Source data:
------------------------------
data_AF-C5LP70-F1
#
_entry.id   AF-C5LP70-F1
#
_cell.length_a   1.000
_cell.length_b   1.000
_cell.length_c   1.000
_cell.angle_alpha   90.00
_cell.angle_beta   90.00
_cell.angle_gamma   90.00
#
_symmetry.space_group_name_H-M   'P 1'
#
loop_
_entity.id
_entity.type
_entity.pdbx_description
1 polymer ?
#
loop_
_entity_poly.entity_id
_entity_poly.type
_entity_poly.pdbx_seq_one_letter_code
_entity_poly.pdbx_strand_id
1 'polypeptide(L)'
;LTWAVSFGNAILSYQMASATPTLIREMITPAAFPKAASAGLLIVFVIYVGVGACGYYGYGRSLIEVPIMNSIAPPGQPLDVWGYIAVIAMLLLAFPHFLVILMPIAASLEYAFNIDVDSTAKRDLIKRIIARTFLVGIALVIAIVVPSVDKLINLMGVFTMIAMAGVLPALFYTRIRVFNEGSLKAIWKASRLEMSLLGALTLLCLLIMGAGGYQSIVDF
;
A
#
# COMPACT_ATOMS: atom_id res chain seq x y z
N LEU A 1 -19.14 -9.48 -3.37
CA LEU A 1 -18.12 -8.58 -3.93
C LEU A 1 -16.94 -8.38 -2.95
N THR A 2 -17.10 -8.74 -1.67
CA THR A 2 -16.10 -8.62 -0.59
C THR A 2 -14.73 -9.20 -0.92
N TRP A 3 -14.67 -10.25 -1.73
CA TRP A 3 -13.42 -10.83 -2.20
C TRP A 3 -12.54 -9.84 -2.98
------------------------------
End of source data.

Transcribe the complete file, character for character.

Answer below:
data_AF-C5LP70-F1
#
_entry.id   AF-C5LP70-F1
#
_cell.length_a   1.000
_cell.length_b   1.000
_cell.length_c   1.000
_cell.angle_alpha   90.00
_cell.angle_beta   90.00
_cell.angle_gamma   90.00
#
_symmetry.space_group_name_H-M   'P 1'
#
loop_
_entity.id
_entity.type
_entity.pdbx_description
1 polymer ?
#
loop_
_entity_poly.entity_id
_entity_poly.type
_entity_poly.pdbx_seq_one_letter_code
_entity_poly.pdbx_strand_id
1 'polypeptide(L)'
;LTWAVSFGNAILSYQMASATPTLIREMITPAAFPKAASAGLLIVFVIYVGVGACGYYGYGRSLIEVPIMNSIAPPGQPLDVWGYIAVIAMLLLAFPHFLVILMPIAASLEYAFNIDVDSTAKRDLIKRIIARTFLVGIALVIAIVVPSVDKLINLMGVFTMIAMAGVLPALFYTRIRVFNEGSLKAIWKASRLEMSLLGALTLLCLLIMGAGGYQSIVDF
;
A
#
# COMPACT_ATOMS: atom_id res chain seq x y z
N LEU A 1 -19.14 -9.48 -3.37
CA LEU A 1 -18.12 -8.58 -3.93
C LEU A 1 -16.94 -8.38 -2.95
N THR A 2 -17.10 -8.74 -1.67
CA THR A 2 -16.10 -8.62 -0.59
C THR A 2 -14.73 -9.20 -0.92
N TRP A 3 -14.67 -10.25 -1.73
CA TRP A 3 -13.42 -10.83 -2.20
C TRP A 3 -12.54 -9.84 -2.98